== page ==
Linked by snydeq on Mon 12th Oct 2009 15:24 UTC
Graphics, User Interfaces InfoWorld's John Rizzo chronicles the 20 most significant ideas and features Microsoft and Apple have stolen from each other in the lead up to Windows 7 and Mac OS X Snow Leopard. 'Some features were stolen so long ago that they've become part of the computing landscape, and it's difficult to remember who invented what.' Windows 7's Task Bar and Aero Peek come to mind as clear appropriations of Mac OS X's Dock and Expose. Apple's cloning of the Windows address bar in 2007's Mac OS X 10.5 Leopard as the path bar is another obvious 'inspiration.' But the borrowing goes deeper, Rizzo writes, providing a screenshot tour of Microsoft's biggest grabs from Mac OS X and Apple's most significant appropriations of Windows OS ideas and functionality.
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How about anything borrowed from Linux?
by Fusion on Mon 12th Oct 2009 18:32 UTC
Fusion
Member since:
2005-07-18

We frequently remark on all the ideas that Linux has borrowed from Apple and Microsoft in an effort to be 'on par' with their user experience... but I feel like there are a few often neglected items that have found their way into the Apple/Windows world from Linux. Virtual Workspaces, for example, have been part of almost every linux desktop environment (even the 'light weight' / minimalist ones) forever and were only recently introduced as a 'feature' of OSX (when Leopard was released, I believe).

I could be very mistaken, but I also believe the whole PostIt!/"Sticky Note" concept has been available in GNOME and KDE for ages...and may possibly pre-date related implementations in Win or Apple camps.

Also, as noted by a number of people as soon as the first builds of Win7 leaked... the taskbar appears to borrow more aesthetic inspiration from KDE4's panel than it does the Dock. But that's likely more an amalgamation of ideas than anything.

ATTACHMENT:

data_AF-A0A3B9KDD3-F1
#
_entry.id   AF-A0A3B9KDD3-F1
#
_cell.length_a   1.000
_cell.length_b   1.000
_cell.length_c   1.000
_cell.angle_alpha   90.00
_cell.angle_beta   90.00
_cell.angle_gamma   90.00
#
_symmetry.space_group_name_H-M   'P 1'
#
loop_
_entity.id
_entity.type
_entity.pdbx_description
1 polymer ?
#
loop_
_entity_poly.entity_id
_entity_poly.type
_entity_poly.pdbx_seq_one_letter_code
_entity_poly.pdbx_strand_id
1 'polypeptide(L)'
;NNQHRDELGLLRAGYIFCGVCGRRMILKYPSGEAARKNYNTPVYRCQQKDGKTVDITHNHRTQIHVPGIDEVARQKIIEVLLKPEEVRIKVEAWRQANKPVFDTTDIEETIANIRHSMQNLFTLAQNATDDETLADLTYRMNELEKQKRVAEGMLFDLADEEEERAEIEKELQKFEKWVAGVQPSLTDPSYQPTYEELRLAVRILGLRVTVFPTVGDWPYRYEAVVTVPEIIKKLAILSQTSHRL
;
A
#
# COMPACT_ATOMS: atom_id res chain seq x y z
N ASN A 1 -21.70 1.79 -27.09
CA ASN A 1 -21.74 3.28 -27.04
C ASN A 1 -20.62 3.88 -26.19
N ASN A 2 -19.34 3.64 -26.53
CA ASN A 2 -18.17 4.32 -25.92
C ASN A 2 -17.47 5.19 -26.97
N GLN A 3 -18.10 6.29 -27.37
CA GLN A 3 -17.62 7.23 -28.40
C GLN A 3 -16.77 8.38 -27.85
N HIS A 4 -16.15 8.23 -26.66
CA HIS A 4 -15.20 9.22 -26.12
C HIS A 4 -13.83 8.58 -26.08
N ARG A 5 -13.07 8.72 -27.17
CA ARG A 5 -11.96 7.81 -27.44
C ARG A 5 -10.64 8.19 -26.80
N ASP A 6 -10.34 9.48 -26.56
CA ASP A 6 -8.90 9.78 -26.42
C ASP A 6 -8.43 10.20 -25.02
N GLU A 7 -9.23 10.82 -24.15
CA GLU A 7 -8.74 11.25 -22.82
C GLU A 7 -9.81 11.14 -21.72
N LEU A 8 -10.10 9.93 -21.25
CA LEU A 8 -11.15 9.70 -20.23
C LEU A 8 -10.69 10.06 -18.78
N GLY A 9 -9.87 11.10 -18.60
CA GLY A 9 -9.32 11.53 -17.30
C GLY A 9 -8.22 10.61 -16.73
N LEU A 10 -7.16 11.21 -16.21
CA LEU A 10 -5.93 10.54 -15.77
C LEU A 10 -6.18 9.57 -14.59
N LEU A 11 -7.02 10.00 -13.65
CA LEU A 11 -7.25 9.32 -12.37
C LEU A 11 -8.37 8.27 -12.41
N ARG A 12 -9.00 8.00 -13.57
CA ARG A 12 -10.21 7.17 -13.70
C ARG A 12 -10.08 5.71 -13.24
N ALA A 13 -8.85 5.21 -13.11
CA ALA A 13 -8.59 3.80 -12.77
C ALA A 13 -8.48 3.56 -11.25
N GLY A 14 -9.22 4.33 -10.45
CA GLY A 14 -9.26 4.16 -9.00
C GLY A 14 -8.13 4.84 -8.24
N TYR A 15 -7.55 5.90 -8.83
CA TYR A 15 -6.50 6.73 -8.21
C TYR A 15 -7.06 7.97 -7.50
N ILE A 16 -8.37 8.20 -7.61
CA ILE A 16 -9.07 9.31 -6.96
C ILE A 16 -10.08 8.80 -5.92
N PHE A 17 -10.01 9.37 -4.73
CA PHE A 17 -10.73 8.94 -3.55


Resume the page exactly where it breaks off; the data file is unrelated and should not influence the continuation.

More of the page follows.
Reply Score: 3

smashIt Member since:
2005-07-06

the problem with such lists is that you have to know the origin of a feature before you can say who copied it

and the features you mentioned definitely don't come from linux (as most win/mac features don't come from mac/win)

Reply Parent Score: 2

Fusion Member since:
2005-07-18

Exactly. And that's why, unlike the article, I framed my attributions in a rather 'non-committal' manner... because I don't really know. =/

Reply Parent Score: 1

strcpy Member since:
2009-05-20

Take the example of GNU.

The whole practical ideology behind GNU was to provide alternatives to common UNIX tools. As sad as it might be, at the level of true innovation and originality, GNU has not contributed anything worth mentioning.

Even today, several of high-profile GNU projects are nothing but copy-and-rewrite something that someone else came up with. I appreciate them doing all this work and they make good (alternative) tools, but at the fundamental level they are just "copying".